Although the camera will almost invariably reduce the foreground to a mere blackened silhouette, do not neglect this area in your painting. The ground plane is still an integral part of the painting, even if it is darkened. It needs to be more than a black paper cutout shaped like a mountain or tree.
The setting sun often highlights the land, as well as the sky. Look for the colors of the sky cast onto the intervening landscape, as well as shadows created by the light. You can use simple shapes to make a range of darkened mountains or an intervening line of trees, using dark greens and blues, or add a blush of dark pink, deep maroon or velvety gold to a field in front of dark hills.

At sunrise the land plane is very dark before the sun actually rises over the horizon. However, though that is a dramatic moment, sunrise is not ended at that point. Spend a while studying how the land colors change from the first blush of morning to the full sun of daylight.

Take a few chances as you paint the sunrise or sunset. Often the clich├ęd sunset painting disappoints because the artist fails to try something new. Experiment with a different kind of paper. Try making your own surface. Paint on an outrageous color or on black paper. Turn the painting upside down and look at it as a series of shapes and colors. Reverse the colors, painting in complements first, then revert to the natural colors -- just to see if it makes your color more exciting. Paint a series of pieces from the same photograph or color sketch on several different colored backgrounds to see how the ground color affects the painting.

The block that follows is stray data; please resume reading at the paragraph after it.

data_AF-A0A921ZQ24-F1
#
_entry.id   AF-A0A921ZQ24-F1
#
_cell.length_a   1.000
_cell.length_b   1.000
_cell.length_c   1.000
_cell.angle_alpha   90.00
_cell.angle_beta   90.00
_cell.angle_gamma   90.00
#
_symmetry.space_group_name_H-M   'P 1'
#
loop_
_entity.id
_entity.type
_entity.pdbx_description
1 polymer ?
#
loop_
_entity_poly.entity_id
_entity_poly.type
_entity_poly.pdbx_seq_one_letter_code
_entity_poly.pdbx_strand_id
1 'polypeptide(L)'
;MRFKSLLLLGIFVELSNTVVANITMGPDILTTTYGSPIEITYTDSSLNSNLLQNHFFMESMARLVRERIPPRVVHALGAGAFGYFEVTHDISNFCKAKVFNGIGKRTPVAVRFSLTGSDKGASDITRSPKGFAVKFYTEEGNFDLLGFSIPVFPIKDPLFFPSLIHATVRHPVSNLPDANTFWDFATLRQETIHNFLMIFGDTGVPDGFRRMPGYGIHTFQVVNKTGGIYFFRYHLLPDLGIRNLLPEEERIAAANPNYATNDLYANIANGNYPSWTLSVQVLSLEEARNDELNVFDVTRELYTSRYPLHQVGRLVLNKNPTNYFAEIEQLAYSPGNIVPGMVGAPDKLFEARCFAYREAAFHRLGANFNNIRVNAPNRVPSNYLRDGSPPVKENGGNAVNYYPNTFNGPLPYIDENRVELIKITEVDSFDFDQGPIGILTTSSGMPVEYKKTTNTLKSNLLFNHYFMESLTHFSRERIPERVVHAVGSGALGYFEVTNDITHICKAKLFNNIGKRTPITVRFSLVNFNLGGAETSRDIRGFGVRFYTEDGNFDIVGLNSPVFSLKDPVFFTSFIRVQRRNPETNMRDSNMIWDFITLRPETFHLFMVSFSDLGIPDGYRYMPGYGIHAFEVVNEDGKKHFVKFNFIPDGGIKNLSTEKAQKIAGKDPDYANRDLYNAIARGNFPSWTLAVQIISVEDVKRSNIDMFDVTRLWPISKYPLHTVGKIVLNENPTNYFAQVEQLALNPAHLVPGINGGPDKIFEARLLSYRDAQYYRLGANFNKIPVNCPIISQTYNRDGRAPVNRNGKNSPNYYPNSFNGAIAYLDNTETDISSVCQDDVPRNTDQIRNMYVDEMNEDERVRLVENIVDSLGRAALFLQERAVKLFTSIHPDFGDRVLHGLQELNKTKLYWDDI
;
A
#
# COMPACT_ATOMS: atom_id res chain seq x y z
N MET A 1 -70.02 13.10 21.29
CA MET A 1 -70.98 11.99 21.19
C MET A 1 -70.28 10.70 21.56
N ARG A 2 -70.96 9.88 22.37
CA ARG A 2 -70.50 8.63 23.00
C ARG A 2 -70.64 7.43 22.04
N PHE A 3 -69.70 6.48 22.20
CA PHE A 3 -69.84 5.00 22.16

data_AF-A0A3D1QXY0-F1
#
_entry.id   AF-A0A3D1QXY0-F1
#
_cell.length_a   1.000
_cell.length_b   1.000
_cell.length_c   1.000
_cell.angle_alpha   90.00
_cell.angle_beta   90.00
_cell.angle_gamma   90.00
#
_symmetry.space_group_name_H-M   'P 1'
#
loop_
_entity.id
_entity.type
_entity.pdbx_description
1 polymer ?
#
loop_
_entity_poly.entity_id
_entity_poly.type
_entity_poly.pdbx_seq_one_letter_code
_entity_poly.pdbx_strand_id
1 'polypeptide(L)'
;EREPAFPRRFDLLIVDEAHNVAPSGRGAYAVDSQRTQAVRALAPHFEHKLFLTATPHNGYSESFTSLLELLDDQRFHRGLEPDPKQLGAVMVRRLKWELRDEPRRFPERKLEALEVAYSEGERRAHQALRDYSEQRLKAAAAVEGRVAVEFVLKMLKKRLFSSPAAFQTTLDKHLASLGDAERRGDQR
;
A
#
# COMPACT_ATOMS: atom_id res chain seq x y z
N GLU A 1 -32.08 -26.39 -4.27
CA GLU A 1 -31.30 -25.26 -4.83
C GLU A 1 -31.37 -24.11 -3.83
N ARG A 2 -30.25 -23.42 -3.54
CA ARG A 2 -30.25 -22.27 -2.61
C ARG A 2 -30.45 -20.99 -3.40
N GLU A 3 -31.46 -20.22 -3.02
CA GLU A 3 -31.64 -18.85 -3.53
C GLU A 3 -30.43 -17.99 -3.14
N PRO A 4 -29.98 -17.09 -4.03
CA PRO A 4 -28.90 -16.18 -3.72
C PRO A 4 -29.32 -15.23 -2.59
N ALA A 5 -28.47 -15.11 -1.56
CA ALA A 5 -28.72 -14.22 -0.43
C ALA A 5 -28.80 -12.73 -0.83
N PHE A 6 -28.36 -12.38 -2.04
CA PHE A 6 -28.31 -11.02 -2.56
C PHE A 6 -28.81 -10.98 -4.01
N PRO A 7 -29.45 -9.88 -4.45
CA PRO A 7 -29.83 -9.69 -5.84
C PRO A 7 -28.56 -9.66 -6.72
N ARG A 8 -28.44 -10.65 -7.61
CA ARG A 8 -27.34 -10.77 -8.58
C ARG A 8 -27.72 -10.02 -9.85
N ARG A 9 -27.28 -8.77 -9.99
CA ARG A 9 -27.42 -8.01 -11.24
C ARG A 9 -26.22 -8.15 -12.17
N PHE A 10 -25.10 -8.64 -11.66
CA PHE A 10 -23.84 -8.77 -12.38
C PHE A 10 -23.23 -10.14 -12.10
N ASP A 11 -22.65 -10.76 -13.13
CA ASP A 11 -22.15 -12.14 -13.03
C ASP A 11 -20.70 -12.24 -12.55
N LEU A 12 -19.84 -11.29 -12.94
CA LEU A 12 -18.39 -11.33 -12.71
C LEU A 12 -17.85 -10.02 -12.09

Have some fun. Take some risks. Try a few new things. Push yourself a little and get out of the comfortable rut that results in a formulaic painting.

Above all, compose your painting so that it is interesting and varied, not the same old approach of a flaming sky over the silhouette of a black mountain, the ball of the sun caught forever as it tops the peak. This is a stale approach to a potentially brilliant composition. Do not rely on the subject matter alone to make the painting.

Instead, make your painting technically superior. Look for a striking composition that transcends the standard “pretty picture.” There is an underlying abstraction to any painting, especially that of an early morning or late day sky. This is a time when things flow and change rapidly, allowing you to choose those parts that will enhance your composition. Judge the negative and positive shapes, analyze the contrast of colors and values, the juxtaposition of brilliant colors with grays, the movement of the eye through the elements, the contrasting textures of the land and the sky.

The childlike part of the artist longs to communicate the grandeur of the sunrise or the majesty of the sunset. The formula can be surpassed when the artist responds to the urging of simple beauty using what she knows, pushed by experimentation, resulting in originality. This is the place where creativity lives, disciplined by experience and skill, allowing the artist to express wonder artfully.

Morning Glow, 12" x 18"


  1. Thank you for making this point! It might take something of incredible virtuosity to overcome jurors and galleries' objections to the subject, but I also remember seeing some incredible sunsets and sunrises out in Jackson Square among the street painters. Every one of them was different.